HEALING: What About Vengeful Punishment In Scripture? by Dennis Linn, Sheila Fabricant Linn, and Matthew Linn

Healing Our Image of God

What About Vengeful Punishment In Scripture? by Dennis Linn, Sheila Fabricant Linn, and Matthew Linn

From: Good Goats

At first I found it hard to believe in Hilda’s loving God.  I had grown up reading Matthew 25, about what God would do to goats, and other seemingly vengeful punishment passages in scripture.  For example, Matthew 5:29 says that if your right eye is a temptation, it would be better to pluck it out than to have God throw you into the fires of hell.  Such passages made God seem to be a child abuser, much like Good Old Uncle George.

Assuming that what I had learned from Hilda might be true, I began asking myself, how do those who love us the most use vengeful punishment language?  Then I began to notice that those who love the most – grandparents, parents, lovers – often use the same words of vengeful punishment as Good Old Uncle George and other child abusers, but their meaning is very different.

For example, our cousins Ann and George have raised four of the healthiest teenagers we know.  We often ask Ann and George, “How did you do it?”  One time we asked them, “Can you remember a time in the past year when you punished your kids?”  They both looked blank.  In desperation we asked, “When in the past five or ten years have you punished your kids?”  They looked at each other and came up with the same thing.  And said, “I remember a family trip.  It got so loud in the back seat of the car that George said, ‘If you kids don’t be quiet, I’m going to tie you to the roof of the car!’  And do you remember, George, how quiet it got?”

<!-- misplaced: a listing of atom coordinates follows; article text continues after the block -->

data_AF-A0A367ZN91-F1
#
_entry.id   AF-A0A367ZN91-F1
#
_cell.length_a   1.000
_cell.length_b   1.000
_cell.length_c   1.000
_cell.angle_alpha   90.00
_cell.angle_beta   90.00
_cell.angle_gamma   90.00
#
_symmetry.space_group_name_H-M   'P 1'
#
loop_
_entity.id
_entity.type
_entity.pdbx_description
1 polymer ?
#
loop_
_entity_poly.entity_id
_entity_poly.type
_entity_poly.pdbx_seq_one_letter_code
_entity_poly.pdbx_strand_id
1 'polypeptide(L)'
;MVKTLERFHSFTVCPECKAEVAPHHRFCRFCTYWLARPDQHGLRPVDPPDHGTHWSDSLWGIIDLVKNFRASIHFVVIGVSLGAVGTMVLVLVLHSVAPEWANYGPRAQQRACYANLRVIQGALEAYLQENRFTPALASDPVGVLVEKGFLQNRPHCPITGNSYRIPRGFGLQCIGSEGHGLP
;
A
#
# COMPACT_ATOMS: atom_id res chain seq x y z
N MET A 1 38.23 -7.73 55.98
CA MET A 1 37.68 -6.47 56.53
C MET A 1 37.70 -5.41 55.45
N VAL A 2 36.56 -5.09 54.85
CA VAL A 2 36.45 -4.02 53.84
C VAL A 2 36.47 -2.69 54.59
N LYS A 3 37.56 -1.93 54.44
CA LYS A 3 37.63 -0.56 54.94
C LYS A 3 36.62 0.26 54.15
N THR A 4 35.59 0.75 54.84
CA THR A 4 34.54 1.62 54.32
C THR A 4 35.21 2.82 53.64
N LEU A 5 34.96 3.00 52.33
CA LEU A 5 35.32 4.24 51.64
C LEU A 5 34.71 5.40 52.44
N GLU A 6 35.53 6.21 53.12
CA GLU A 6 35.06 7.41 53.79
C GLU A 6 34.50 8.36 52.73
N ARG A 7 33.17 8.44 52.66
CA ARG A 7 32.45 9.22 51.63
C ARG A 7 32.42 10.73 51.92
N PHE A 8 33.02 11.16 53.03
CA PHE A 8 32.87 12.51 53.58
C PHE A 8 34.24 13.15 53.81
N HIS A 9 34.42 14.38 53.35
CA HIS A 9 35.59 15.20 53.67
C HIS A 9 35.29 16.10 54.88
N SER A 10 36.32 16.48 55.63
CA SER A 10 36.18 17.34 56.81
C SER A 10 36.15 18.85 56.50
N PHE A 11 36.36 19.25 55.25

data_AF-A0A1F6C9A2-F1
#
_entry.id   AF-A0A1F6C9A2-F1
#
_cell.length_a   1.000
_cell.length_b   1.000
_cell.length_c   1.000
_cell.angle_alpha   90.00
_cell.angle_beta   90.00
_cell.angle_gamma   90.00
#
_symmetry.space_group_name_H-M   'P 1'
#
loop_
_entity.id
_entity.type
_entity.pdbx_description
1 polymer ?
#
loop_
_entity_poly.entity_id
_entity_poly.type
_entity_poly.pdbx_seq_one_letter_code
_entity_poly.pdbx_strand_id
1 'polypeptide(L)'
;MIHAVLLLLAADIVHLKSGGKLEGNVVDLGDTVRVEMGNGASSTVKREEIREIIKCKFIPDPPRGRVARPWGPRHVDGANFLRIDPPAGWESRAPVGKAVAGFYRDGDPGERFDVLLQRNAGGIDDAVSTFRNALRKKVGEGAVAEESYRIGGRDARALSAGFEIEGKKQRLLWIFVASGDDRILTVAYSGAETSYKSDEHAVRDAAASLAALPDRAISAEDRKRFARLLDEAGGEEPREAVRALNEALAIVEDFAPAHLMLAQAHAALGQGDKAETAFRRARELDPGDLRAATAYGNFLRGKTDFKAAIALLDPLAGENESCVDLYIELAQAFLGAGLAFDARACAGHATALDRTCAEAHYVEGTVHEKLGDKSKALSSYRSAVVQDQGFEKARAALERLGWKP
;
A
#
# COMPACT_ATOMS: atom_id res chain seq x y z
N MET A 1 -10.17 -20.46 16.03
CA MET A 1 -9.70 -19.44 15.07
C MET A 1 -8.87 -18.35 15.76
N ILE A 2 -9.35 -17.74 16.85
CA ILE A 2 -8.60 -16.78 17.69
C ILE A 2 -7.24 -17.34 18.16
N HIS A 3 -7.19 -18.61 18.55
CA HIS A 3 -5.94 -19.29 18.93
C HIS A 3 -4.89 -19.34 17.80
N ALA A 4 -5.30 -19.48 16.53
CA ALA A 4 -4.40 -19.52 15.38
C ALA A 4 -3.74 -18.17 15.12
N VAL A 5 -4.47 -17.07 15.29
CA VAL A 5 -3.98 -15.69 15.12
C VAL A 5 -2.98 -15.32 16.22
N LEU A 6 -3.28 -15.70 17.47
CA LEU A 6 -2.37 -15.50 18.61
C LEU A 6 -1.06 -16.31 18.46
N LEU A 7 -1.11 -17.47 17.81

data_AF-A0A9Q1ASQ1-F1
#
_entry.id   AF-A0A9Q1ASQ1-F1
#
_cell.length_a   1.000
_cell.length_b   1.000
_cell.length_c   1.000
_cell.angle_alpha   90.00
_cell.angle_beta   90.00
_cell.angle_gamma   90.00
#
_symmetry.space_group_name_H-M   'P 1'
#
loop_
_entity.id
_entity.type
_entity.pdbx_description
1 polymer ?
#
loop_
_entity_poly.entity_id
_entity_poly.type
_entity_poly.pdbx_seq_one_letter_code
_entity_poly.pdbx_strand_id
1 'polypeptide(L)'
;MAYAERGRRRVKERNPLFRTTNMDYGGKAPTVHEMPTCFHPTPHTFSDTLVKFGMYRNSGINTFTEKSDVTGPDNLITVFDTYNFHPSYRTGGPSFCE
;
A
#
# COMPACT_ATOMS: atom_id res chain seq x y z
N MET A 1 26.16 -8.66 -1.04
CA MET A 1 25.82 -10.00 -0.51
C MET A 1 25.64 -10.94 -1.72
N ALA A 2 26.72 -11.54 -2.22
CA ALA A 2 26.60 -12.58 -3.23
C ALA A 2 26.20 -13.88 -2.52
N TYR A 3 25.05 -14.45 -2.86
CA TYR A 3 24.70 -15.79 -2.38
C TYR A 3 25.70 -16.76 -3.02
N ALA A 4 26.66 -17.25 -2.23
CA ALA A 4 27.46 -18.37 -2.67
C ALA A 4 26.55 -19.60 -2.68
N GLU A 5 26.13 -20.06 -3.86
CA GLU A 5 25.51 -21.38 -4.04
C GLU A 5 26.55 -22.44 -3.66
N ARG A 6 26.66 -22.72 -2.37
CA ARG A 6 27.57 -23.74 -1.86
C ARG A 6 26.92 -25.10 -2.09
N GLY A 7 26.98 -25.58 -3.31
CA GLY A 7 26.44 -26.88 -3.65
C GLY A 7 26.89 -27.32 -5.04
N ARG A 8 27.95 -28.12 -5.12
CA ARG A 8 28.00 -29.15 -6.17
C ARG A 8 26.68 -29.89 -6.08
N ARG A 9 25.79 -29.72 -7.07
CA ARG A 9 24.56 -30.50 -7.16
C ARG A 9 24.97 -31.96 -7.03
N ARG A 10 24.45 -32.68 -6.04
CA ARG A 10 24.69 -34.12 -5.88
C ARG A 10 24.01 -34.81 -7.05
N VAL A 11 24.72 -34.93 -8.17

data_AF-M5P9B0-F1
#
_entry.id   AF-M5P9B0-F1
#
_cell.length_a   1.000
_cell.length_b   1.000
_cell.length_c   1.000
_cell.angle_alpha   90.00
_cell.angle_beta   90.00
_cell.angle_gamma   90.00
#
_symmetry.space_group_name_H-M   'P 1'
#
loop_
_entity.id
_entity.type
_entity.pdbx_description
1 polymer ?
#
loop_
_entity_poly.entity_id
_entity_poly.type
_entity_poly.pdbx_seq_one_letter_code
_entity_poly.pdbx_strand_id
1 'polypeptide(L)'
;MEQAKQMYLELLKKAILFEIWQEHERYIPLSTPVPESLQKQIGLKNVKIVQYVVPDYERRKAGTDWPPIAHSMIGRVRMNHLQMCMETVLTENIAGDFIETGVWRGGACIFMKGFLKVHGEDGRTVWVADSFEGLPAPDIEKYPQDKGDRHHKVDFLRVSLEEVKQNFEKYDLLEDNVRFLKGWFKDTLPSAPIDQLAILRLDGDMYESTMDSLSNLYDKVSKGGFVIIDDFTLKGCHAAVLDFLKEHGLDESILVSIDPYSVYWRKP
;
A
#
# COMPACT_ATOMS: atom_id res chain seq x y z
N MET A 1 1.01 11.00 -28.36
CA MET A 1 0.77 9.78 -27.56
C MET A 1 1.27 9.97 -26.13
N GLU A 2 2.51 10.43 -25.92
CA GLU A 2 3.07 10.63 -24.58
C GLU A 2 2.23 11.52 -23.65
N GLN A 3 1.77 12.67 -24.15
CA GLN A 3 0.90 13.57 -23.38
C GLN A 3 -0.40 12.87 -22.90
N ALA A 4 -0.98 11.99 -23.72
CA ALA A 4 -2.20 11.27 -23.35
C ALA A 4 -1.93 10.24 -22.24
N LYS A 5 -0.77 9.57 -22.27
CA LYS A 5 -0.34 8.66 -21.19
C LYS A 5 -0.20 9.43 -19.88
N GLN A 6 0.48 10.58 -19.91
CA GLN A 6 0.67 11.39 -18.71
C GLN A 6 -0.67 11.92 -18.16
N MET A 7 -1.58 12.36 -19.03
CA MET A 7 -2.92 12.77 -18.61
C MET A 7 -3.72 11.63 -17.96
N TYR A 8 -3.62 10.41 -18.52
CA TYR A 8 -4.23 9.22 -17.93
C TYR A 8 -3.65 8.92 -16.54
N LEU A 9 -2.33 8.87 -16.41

About that time their son, Joe, came home.  We asked him when his parents had last punished him and at first got the same blank look.  Finally, we asked him, “Joe, can you remember any time at all in the past five or ten years when your parents punished you?”  Joe’s face lit up.  “You remember when we were in the car on a trip and we were making so much noise?  Dad, you told us that if we weren’t quiet, you’d tie us to the roof of the car!”  Then Joe added, “And, boy, were we quiet.  But we knew you weren’t going to tie us to the roof of the car.”  And they all laughed.

To tie your children to the roof of a car is vengeful punishment.  Yet we use vengeful punishment language all the time in our homes and families.  Such statement are exaggerations (hyperbole) that can safely be used only in a context where everyone understands that they are not to be taken literally.  (The authors of scripture and Jesus himself often used hyperbole, as in Matthew 5:29.  The people of their time understood that they were not to be taken literally.)  Like Joe, we know that if at the time people use such language they are really loving us, then they will never carry out the punishment.  Everyone involved knows that the language is used only in order to emphasize the importance of doing something so that we can enjoy being together.  Thus George’s angry words in the car probably mean, “It’s important that you be quiet so that we can enjoy the trip together.”  And in Matthew 5:29, instead of commanding us to pluck out our right eye, God may well be saying something like, “It’s important that you not misuse your sight through lust (that you not damage your right eye – the window to your heart) so that we can enjoy the inner beauty of creation together.”

But what if Ann and George were child abusers who did tie their kids to the roof of the car?  If we overheard them threatening to do that to their children, we would call the police.  We would have the police come and put Ann and George (or Good old Uncle George, for that matter) in a mental institution before they could do more harm to their children.  But the good news is that God is at least as loving as Ann and George.  Like them, God is not a child abuser but a child lover.

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